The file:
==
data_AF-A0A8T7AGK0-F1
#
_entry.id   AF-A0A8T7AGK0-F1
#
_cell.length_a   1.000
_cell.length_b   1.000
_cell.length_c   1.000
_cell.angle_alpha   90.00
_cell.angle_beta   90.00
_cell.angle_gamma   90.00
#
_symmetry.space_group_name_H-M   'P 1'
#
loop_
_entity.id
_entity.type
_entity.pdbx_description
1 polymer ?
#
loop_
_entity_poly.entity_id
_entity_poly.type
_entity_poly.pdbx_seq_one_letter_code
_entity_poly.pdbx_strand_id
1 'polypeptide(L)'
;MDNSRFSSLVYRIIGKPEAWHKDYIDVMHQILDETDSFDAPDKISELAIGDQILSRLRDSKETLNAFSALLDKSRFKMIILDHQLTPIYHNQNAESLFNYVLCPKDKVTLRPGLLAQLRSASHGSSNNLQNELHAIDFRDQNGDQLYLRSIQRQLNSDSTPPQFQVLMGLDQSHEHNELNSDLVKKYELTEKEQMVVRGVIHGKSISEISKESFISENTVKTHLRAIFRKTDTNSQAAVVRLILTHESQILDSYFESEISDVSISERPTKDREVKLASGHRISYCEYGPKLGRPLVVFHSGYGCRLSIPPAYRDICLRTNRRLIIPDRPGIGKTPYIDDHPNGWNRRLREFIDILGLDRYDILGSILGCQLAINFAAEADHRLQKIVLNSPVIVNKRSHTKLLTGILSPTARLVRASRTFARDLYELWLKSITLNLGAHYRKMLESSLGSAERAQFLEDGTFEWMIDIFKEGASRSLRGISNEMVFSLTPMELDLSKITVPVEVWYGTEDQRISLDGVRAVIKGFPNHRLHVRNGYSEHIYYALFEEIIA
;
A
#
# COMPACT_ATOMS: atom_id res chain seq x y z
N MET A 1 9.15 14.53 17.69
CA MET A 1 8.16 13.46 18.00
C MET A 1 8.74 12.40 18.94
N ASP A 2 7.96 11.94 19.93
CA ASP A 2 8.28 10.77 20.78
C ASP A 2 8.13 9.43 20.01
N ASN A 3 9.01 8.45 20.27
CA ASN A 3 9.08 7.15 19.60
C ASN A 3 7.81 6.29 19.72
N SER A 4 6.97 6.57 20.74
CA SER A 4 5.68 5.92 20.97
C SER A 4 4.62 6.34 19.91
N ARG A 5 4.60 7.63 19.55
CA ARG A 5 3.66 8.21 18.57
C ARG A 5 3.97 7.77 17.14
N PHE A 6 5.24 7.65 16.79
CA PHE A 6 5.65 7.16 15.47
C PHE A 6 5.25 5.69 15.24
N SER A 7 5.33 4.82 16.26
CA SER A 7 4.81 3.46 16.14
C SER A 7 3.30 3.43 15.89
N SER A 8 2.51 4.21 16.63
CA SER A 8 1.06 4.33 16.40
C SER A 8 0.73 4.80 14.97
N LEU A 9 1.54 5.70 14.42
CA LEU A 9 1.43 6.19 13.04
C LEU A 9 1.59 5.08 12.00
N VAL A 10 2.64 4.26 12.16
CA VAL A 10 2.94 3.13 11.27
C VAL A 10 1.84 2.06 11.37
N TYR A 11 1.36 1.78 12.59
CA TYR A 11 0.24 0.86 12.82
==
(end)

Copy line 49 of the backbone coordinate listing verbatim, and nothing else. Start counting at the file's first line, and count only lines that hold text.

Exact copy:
N SER A 7 5.33 4.82 16.26